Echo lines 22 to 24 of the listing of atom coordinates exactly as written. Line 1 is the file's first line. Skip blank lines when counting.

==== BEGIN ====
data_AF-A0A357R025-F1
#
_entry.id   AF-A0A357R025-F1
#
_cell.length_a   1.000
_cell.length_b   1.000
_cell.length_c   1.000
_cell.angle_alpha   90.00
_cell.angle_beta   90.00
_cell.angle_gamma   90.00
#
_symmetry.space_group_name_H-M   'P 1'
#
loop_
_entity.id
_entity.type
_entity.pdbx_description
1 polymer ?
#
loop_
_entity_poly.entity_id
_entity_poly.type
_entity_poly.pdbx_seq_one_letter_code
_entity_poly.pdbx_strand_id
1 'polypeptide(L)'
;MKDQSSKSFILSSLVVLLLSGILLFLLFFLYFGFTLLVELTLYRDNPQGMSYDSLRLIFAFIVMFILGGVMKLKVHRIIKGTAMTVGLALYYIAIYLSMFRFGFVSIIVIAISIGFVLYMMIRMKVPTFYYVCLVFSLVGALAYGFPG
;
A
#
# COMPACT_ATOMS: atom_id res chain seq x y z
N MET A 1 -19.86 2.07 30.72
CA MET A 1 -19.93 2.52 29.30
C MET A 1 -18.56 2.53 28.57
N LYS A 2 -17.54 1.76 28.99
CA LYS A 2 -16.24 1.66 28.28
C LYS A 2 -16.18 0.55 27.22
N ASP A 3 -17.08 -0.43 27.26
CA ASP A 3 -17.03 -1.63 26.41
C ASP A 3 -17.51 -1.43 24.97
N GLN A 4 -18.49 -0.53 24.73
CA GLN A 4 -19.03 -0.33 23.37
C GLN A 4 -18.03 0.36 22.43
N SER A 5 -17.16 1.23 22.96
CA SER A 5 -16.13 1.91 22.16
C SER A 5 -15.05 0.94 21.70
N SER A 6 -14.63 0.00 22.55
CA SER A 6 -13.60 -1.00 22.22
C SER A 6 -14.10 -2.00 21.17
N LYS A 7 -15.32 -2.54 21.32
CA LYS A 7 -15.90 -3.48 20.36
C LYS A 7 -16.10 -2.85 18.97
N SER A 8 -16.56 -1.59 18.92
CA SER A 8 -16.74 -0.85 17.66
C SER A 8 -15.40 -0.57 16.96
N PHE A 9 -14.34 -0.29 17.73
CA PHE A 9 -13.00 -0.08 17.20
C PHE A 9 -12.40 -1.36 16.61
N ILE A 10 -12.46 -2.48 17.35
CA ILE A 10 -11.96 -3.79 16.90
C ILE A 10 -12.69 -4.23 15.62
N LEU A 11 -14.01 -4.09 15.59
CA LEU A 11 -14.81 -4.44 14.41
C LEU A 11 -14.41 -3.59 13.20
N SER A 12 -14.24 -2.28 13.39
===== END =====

_entity_poly.type
_entity_poly.pdbx_seq_one_letter_code
_entity_poly.pdbx_strand_id